Primary Prevention Regulation
As in other arenas of public health, primary prevention is clearly the preferable and most effective method for controlling the incidence of diseases caused by environmental chemical contamination. Primary prevention for chemical regulation involves those laws that control chemicals before they are marketed and become downstream contributors to the chemical mixtures found in the global environment. There are two federal U.S. environmental laws promulgated to serve this purpose. These laws are the Toxic Substances Control Act (TSCA) and the Federal Insecticide, Fungicide, and Rodenticide Act (FIFRA). The USEPA is responsible for administering these laws.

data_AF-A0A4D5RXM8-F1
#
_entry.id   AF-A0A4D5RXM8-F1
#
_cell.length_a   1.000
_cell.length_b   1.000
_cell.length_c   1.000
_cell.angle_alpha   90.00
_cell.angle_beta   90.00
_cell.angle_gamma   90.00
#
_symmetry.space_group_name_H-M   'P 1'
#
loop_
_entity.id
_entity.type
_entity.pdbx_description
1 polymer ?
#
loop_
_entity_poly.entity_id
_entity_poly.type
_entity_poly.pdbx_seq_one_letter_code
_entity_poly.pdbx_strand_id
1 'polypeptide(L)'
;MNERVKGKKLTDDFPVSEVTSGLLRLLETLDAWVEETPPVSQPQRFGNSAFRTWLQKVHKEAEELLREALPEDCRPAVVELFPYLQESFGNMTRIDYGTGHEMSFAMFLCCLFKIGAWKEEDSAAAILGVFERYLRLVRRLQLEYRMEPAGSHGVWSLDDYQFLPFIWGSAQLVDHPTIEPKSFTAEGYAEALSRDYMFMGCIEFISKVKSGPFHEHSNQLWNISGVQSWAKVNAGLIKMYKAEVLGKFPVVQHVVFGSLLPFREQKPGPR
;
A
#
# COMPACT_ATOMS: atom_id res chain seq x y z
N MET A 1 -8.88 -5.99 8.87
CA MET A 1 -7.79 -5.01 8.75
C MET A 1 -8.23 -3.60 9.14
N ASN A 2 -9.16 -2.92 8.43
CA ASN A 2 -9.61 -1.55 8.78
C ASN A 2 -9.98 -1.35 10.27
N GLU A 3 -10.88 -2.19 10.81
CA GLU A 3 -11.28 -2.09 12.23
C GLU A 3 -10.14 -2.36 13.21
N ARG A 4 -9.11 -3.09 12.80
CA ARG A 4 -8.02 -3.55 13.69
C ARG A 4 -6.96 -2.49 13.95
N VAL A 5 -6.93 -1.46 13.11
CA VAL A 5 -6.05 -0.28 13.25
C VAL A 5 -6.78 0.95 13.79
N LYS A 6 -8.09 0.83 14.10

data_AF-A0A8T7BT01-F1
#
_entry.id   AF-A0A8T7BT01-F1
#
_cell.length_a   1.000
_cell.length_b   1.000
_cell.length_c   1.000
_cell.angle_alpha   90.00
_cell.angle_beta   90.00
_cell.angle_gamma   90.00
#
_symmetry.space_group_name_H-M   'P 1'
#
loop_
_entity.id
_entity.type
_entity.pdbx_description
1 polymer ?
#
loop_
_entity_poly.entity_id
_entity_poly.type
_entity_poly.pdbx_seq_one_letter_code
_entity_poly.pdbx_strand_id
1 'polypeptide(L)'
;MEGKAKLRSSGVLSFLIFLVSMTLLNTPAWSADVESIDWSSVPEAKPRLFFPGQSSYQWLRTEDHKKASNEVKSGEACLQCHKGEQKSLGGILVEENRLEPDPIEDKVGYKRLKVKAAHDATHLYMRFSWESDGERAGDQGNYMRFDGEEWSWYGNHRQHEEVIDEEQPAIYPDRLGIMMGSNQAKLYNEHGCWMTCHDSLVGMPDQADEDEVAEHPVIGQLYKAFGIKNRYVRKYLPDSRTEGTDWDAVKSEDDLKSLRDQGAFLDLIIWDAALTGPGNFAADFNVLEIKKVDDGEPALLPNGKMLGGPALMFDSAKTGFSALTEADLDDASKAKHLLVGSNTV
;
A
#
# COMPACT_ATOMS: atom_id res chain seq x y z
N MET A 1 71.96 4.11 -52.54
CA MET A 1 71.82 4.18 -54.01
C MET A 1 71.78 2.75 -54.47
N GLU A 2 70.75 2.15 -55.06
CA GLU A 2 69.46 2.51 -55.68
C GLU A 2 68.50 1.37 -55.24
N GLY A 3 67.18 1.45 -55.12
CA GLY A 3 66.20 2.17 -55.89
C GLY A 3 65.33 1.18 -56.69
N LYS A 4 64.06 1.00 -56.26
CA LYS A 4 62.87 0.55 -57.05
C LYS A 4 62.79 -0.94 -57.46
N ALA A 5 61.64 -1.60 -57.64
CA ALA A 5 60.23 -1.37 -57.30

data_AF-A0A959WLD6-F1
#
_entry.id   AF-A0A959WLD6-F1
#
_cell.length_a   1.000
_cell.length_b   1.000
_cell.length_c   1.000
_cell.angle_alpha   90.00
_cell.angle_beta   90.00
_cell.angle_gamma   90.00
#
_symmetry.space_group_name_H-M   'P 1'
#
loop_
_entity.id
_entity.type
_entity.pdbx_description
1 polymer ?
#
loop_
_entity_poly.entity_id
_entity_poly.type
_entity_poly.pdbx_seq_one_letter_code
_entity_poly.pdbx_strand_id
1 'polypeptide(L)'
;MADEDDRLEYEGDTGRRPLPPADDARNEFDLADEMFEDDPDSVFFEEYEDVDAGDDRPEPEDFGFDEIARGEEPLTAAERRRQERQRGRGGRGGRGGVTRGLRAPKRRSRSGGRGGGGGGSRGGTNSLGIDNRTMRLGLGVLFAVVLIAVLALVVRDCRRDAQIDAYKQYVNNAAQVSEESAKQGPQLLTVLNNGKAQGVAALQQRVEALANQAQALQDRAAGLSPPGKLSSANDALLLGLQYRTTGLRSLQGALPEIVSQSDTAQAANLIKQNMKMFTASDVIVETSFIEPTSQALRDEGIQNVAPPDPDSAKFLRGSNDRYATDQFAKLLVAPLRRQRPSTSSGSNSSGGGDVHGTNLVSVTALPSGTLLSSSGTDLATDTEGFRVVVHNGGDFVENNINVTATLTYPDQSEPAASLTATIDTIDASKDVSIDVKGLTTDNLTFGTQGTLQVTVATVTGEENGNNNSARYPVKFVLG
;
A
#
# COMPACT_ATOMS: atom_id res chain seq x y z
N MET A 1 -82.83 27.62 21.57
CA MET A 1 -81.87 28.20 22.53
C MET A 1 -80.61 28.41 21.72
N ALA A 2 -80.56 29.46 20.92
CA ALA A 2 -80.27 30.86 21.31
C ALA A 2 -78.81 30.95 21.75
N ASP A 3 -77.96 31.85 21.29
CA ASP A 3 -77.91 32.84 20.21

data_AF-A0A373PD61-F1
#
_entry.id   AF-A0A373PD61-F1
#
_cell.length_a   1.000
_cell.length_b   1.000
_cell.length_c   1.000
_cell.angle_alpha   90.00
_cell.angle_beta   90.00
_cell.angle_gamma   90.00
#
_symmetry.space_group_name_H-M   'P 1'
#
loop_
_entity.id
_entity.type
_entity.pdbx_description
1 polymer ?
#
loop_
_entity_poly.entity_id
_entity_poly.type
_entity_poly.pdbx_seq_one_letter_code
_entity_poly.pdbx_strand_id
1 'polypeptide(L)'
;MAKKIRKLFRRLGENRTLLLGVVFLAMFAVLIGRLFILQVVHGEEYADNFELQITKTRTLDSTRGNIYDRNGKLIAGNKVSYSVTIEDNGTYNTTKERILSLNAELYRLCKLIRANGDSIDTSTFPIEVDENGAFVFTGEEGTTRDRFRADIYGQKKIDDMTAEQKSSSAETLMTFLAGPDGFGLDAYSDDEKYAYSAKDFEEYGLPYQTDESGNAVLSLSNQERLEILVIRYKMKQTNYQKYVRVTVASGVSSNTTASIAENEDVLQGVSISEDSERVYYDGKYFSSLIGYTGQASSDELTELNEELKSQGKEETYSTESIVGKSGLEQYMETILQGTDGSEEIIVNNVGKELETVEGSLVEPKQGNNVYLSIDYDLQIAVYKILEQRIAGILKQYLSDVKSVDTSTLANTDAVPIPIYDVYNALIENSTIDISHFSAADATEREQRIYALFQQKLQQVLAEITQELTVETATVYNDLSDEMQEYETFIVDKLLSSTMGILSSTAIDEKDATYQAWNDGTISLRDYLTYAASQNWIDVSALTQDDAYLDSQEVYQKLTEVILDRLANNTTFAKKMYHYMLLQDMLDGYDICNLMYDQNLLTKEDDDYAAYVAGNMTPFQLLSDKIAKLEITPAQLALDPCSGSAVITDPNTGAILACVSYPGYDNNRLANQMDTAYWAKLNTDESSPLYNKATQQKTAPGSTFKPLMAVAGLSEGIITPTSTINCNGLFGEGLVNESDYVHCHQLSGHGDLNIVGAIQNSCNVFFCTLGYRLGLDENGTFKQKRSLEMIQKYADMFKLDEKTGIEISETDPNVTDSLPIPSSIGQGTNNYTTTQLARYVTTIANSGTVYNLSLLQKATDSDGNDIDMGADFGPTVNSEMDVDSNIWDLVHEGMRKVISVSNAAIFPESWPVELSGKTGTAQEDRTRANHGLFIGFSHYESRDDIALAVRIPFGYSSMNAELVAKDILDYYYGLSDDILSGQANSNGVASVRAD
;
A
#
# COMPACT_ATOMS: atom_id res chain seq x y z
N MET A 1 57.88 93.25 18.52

TSCA (signed into law in 1976) authorizes the USEPA to screen existing and new industrial chemicals used in U.S. manufacturing and commerce and to identify potentially dangerous products or uses that should be subject
…primary prevention is clearly the preferable and most effective method for controlling the incidence of diseases caused by environmental chemical contamination.